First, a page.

Saturday, June 07, 2008

People lived here

And some may have died here as well. Yes, there were lots of pieces of clothing amid the rubble. I imagine clothes that hung in abandoned closets, but I don't really know.

On the days when I have taken Earhart from River Ridge to the CBD, I have driven past a long stretch where ruined houses are being razed to make room for rebuilding. It has progressed, not looking now the way it did the first few times I drove that route.

This morning, since it was Saturday and I had no fellow car-poolers and was not really in the mood to rush to work... I stopped to take some pics, as I have wanted to do for some time.

This was once a neighborhood full of people. I wonder now what their stories were and are. Where are they now? What have they gone through? What are their hopes? Have some fallen into despair?

Just a little bit closer to downtown are three-story apartment buildings of brick, some with metal balconies. They still stand and folks still live there. They are a sign of life. I hope this will be a place of new life.

Yesterday, while chatting on the phone after work, I tired of pacing about and sat down on a backless office chair near the parking garage, just opposite the building I showed photos of yesterday evening. This morning as I drove in to work, it had migrated to the intersection. There is something whimsical about it all. So this very quickly taken photo while at a red light is my shout out to the chair that gave me a resting place.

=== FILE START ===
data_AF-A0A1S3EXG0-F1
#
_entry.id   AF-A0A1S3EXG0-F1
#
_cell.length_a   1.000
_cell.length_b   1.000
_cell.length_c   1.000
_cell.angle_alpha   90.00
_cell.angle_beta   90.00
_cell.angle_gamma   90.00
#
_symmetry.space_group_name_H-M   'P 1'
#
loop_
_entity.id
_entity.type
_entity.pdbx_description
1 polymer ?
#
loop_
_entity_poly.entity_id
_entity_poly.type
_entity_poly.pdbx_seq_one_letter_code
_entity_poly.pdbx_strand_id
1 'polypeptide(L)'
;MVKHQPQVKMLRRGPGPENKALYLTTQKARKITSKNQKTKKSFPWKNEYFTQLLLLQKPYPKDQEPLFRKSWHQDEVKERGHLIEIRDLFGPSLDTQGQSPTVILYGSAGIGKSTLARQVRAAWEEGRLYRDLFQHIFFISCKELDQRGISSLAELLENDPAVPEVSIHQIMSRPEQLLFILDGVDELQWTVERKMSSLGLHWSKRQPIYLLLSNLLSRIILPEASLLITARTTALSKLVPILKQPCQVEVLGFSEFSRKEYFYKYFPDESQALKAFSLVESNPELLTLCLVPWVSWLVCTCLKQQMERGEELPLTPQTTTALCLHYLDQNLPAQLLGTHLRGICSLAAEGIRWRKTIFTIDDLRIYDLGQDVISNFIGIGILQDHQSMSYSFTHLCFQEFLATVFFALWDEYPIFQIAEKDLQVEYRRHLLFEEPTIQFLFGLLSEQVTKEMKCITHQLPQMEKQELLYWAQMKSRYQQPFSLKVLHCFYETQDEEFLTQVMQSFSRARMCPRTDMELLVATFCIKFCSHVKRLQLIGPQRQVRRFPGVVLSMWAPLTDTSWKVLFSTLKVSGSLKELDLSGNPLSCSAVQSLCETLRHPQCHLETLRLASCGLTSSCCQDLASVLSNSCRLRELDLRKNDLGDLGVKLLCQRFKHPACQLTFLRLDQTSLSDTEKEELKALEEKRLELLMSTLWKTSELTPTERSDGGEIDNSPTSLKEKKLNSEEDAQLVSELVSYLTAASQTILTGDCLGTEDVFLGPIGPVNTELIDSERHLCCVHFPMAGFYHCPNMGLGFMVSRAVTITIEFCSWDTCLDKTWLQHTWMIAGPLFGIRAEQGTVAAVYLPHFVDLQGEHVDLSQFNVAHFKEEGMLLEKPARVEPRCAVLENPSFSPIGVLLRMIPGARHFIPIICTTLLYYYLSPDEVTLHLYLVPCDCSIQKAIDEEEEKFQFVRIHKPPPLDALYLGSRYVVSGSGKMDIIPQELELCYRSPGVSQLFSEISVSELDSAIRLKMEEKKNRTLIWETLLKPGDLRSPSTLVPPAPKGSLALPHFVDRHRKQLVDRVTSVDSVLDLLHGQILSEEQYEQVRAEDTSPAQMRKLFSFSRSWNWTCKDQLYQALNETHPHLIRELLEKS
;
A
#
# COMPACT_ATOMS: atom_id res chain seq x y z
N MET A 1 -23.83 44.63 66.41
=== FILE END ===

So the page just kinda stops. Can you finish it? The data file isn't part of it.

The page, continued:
To my imagination it is rather cute, and a bit forlorn, and evocative of the Pixar Studios lamp. I am picturing it hopping down the street on its own.
--the BB

5 comments:

Kirstin said...

You say what needs saying. Thank you.

FranIAm said...

Oh my...

Bubs said...

Great post. Thank you for helping to keep the focus on New Orleans.

I'm not sure, really, what is more unsettling--the way the destroyed neighborhoods looked with all the collapsed and damaged houses, or the way they look now, razed to the ground. It's almost like an effort to remove the memory of people ever having been there in the first place, and that's truly sad.

By the way, Fran sent me over here.

Paul said...

Welcome, bubs!

I have found it tragic and infuriating that we tend to forget things the moment a crisis has passed, ignoring the aftermath. We give lots of publicity to a tsunami, a heat wave and drought, a flood, an earthquake. Then the "news cycle" moves on, while those affected struggle for years, sometimes decades, to rebuild their lives. New Orleans is just one example of this. But this is where chance and providence have placed me for a while, so I share what I encounter.

I have always been more comfortable with nature and architecture than "intruding" into people's lives, so I let these photos represent, indirectly, the lives of the people who live here, or died here, or used to live here and are now displaced.

This afternoon I am planning a drive to the Lower Ninth Ward. It is time.

Splotchy said...

I'm still amazed that NOLA isn't fully recovered.

Too few people care, or too few powerful people care.